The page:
Saturday the 23rd of April marked not only the birthday of William Shakespeare but also the 400th anniversary of his death. To celebrate the event I’m taking a look back at my visit to Shakespeare’s England last September when I visited his hometown Stratford-upon-Avon and his workplace, the Globe Theatre in London. Though there were a lot of non-Shakespearean activities in between, the influence of the Bard was no doubt a defining feature of that trip.
Getting into that Shakespeare feeling
My first weekend was spent in London. The main reason for going there was nothing short of a performance of one of Shakespeare’s most famous plays: Hamlet at the Barbican Theatre. I do have to admit that watching that show didn’t have much to do with a desire to see Shakespeare, but everything with a certain actor by the name of Benedict Cumberbatch playing the title role. Still, it was the perfect opening for what was to come next.
The one London destination you can’t miss as a fan of the Bard is Shakespeare’s Globe. I went there for a guided tour and the exhibition. It contained a lot of information about the man and his famous theatre. But for me, nothing could beat the experience of finally entering the building and getting to see the stage up close.
Exploring Shakespeare’s Globe
When I came back to London a week later, after travelling the English countryside for a bit, I returned to the Globe to see a play: Measure for Measure. I was accompanied by my long-distance friend Amy, whom I met in London for a long-overdue reunion. She’s as much into Shakespeare as I am, so we could fangirl together about seeing a play of his in the actual Globe theatre.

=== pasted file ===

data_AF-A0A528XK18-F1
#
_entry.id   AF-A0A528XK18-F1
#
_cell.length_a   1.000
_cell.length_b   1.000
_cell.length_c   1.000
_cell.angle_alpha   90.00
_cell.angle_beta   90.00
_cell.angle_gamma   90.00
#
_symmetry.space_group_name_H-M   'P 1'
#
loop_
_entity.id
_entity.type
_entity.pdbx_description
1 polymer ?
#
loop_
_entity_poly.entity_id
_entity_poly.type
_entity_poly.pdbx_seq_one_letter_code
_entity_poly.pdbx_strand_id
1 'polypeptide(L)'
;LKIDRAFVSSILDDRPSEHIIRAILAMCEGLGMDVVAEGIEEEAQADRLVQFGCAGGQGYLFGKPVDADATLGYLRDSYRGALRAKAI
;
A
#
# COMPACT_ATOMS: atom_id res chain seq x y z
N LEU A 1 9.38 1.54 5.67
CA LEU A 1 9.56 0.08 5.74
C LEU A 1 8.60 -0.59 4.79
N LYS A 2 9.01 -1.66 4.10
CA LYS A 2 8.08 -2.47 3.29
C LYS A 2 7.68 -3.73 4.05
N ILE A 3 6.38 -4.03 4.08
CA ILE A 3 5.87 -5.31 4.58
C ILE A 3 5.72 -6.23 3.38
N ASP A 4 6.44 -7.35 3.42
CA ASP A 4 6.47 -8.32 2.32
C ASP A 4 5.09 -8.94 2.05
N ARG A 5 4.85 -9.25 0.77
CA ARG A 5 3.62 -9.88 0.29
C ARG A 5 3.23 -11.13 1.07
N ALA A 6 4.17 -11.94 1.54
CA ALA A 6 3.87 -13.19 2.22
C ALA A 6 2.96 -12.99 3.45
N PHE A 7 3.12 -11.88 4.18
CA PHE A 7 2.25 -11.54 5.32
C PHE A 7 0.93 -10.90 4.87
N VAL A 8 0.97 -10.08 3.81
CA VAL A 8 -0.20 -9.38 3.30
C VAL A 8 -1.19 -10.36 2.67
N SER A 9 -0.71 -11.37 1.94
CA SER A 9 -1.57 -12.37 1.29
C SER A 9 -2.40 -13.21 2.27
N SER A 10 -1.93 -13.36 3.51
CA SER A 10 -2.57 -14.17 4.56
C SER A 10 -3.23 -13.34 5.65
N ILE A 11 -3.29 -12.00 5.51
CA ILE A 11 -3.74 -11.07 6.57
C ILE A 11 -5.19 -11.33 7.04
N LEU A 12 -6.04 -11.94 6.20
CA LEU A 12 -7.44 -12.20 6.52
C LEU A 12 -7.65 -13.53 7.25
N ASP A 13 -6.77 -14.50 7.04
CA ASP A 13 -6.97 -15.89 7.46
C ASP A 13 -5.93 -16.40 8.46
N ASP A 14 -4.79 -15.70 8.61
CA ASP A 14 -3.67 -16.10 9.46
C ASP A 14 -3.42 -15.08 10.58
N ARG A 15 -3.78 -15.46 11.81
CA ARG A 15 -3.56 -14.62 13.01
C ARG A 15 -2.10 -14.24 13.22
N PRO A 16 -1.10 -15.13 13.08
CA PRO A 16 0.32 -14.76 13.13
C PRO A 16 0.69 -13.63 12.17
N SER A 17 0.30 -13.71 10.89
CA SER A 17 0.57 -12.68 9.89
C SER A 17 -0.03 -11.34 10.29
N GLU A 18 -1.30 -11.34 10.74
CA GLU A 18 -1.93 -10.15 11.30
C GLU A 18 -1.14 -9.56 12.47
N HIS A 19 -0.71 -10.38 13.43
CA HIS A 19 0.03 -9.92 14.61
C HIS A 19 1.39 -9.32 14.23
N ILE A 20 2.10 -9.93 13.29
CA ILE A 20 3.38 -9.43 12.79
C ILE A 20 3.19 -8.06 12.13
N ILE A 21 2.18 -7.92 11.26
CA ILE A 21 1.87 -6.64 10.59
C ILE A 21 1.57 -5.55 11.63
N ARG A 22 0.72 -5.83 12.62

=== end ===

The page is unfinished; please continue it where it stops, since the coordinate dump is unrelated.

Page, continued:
Naturally, we opted to become “groundlings”. That’s the part of the audience standing in the yard, rather than sitting in the ranks. According to my theatre tour guide of the first visit, this is the best way to get the true Shakespeare feeling. Plus, it’s cheap. Where else in London can you get to the theatre for 10 pounds? Although standing gets exhausting after a while, especially having spent the whole day walking around London and already having sore feet, the experience is more than compensating for it.
I can’t begin to describe the atmosphere of the Globe. The play started with the actors running through the yard in the middle of the audience, pushing through the people and interacting with audience members so we all felt like part of the play. Even after the action transferred onto the stage, the feeling of being a part of it didn’t stop. Maybe it’s because of the standing, or the possibility of getting right up to the stage, but the crowd seems to be much more inclined to cheer, boo, and generally loudly express their opinion of what’s going on. Everyone is completely immersed in the show. It was amazing.
What makes the Globe different
If you’re like me, and it drives you crazy when people constantly get up during a performance to top up their drink, or get a snack, or go to the loo, or who knows what (and they seem to do that much more in England than in Germany, as German theatres don’t usually allow food and drink inside the auditorium), you should really consider going to the Globe. Not because people don’t do it there. They do it all the time. But because it won’t bother you as much. It seems to somehow become a part of the whole experience.